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DNP 805 Assignment Evaluation of Health Care Technology

DNP 805 Assignment Evaluation of Health Care Technology

Evaluation of Healthcare Technology

An electronic health record (EHR) is a computerized form of the traditional patient charts shared among multiple providers and healthcare facilities. EHRs are increasingly being adopted in healthcare organizations as more patient information is becoming digital Tsai et al., 2020). Besides, there is a growing number of healthcare consumers who request to have mobile access to their health information. The EHR is associated with several benefits, including its capacity to automatically share and update patient data among different practices and organizations. It is more efficient to store and retrieve information from the EHR, and providers can share multimedia information, including imaging results, between locations (Tsai et al., 2020). Furthermore, the EHR is preferred for its ability to link patient records to pertinent and current research sources. The purpose of this paper is to discuss the elements of EHR, evaluation of these elements, and suggestions for improvement.

How the EHR Would Be Measured or Evaluated

The EHR will be evaluated if its standards are compliant with the HIPAA act, which mandates that patient data be kept private and secure. It will also be evaluated if it is compliant with Meaningful usage and ICD standards, which focus on the efficiency and interoperability of the integrated system. Secondly, the EHR will be evaluated for ease of use since it is purposed to improve the effectiveness of clinical practices, it and thus should be easy to use for medical and non-medical staff (Howe et al., 2018). The EHR will also be evaluated on seamless integration with existing workflows. An organization usually has existing workflows in its systems, which are often integrated with the EHR solution. The EHR would thus be analyzed and evaluated for ease of integration with the workflows and systems. Furthermore, it will be assessed for compatibility with the organization’s needs and requirements (Howe et al., 2018). Decision support features are essential in any EHR as they guide decision-making and generating reports. The EHR’s decision support features will thus be measured for their efficiency and performance of several operational factors. In addition, the EHR will be evaluated for its backup and restoration abilities and if they require minimal user intervention.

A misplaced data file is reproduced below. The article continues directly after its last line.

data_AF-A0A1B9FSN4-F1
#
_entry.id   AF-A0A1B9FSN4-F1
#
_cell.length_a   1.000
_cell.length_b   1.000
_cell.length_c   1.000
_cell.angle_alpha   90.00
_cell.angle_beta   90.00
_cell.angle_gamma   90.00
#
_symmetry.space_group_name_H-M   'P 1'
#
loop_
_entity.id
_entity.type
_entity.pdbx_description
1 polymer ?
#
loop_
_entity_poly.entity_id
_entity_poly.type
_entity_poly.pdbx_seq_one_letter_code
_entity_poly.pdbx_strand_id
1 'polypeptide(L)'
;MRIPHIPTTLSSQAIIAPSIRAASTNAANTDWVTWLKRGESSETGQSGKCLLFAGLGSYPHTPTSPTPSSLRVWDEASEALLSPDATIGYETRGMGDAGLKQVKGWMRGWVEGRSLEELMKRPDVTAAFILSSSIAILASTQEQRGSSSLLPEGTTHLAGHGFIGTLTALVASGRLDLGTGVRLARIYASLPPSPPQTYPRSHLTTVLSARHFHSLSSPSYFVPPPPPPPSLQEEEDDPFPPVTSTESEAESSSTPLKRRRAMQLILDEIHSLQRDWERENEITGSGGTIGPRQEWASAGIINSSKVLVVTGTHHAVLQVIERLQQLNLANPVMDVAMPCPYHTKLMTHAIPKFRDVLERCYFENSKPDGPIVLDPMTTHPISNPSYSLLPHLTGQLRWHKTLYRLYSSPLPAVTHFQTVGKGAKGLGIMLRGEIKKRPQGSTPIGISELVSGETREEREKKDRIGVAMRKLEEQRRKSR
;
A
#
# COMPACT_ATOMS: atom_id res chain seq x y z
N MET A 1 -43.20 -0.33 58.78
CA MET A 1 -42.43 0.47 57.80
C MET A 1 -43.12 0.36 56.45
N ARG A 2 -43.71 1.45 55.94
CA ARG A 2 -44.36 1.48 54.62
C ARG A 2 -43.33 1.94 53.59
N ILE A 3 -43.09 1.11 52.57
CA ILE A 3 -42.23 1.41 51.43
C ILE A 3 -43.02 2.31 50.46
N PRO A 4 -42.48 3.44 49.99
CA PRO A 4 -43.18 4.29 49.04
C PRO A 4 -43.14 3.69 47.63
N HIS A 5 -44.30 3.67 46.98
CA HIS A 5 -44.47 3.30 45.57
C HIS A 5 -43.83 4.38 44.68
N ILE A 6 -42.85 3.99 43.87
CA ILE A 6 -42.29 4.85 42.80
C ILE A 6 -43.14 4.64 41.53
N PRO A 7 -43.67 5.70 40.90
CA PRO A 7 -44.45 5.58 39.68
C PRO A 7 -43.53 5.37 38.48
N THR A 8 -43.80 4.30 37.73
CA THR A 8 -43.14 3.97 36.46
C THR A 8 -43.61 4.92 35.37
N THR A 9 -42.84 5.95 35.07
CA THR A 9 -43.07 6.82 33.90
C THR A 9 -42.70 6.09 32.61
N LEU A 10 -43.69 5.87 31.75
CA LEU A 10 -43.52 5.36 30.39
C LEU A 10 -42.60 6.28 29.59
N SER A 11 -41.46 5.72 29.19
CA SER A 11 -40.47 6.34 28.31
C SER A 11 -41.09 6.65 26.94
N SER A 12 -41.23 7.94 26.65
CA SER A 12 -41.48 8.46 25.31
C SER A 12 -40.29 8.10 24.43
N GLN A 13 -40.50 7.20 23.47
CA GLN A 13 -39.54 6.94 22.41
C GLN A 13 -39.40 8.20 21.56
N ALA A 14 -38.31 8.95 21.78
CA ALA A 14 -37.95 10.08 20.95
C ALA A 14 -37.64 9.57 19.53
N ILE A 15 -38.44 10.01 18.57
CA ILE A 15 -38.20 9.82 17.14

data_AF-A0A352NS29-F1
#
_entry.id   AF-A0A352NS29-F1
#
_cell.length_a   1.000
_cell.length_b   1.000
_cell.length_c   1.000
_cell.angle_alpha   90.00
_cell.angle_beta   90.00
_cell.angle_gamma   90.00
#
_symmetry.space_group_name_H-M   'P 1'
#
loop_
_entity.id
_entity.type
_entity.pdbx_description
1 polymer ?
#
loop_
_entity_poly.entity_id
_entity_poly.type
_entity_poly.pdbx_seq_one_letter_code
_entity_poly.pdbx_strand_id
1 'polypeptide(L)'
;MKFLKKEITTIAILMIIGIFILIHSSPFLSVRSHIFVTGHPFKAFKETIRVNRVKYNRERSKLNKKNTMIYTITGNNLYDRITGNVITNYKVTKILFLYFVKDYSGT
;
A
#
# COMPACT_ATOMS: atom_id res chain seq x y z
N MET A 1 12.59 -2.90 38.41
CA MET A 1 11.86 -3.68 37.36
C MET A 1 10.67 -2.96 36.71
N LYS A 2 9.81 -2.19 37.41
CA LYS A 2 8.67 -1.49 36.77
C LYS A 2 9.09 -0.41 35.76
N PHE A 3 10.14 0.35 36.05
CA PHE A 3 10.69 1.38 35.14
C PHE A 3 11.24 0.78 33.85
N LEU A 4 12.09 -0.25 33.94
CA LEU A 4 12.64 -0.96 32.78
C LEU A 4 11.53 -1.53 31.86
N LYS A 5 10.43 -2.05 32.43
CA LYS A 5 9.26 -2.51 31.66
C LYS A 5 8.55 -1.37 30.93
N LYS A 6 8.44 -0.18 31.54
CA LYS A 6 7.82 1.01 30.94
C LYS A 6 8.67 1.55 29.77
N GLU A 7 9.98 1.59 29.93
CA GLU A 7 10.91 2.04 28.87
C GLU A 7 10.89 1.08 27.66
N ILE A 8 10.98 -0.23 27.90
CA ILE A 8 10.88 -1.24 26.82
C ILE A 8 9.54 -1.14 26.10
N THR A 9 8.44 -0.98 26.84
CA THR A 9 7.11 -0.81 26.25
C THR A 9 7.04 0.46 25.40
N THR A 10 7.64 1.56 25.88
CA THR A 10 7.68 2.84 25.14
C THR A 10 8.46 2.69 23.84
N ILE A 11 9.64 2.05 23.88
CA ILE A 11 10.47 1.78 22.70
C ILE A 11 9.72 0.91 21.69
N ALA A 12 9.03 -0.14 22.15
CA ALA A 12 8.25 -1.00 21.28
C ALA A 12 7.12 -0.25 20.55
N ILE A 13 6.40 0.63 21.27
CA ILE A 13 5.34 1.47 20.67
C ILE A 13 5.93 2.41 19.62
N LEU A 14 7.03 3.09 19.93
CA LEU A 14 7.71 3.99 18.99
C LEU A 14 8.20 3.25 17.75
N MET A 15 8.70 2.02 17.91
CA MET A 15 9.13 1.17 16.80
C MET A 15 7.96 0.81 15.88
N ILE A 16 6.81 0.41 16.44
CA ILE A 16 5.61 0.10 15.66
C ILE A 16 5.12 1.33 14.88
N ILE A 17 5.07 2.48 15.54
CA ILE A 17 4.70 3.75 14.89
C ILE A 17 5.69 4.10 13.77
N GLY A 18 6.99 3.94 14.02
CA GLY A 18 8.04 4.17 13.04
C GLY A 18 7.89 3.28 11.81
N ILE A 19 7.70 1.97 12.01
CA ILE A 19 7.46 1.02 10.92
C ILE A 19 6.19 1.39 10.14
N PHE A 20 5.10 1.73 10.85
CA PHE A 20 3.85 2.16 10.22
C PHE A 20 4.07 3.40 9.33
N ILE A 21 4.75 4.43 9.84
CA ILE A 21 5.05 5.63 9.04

Elements That Will Be Used To Evaluate the User-Technology Interface

Elements of efficiency, effectiveness, and user satisfaction will be employed in assessing the EHR user interface. The efficiency of the interface will be evaluated through one-on-one usability testing. It involves encouraging the end-users (health providers) to complete vital assignments in the EHR system and obtaining performance data in each assignment (Monica, 2019). The efficiency of the user-technology interface will be measured through its performance data. The results from the usability testing will establish whether the EHR interfaces is inefficient and if it necessitates providers to carry out a numerous interactions to accomplish requirements for reporting and documentation.

The effectiveness of the EHR interface will be evaluated using risk analysis exercises, which establish the ability of a system to evade errors when carrying out tasks. The FMEA, a risk management tool, can be used to analyze the potential failure of the user interface using the criteria of occurrence, severity, and detection (Monica, 2019). The occurrence will be measured by establishing the grounds of failures in the interface and their recurrence rate. The severity criterion assesses the effect the shortcomings of the interface have on the end-users. The criterion of detection assesses the possibility that the EHR system will detect failures in the interface. Evaluating user satisfaction is essential in establishing EHR interface usability (Monica, 2019). User satisfaction can be evaluated by prompting users to attend to patient care tasks using the EHR and evaluate the simplicity and quality of the EHR experience.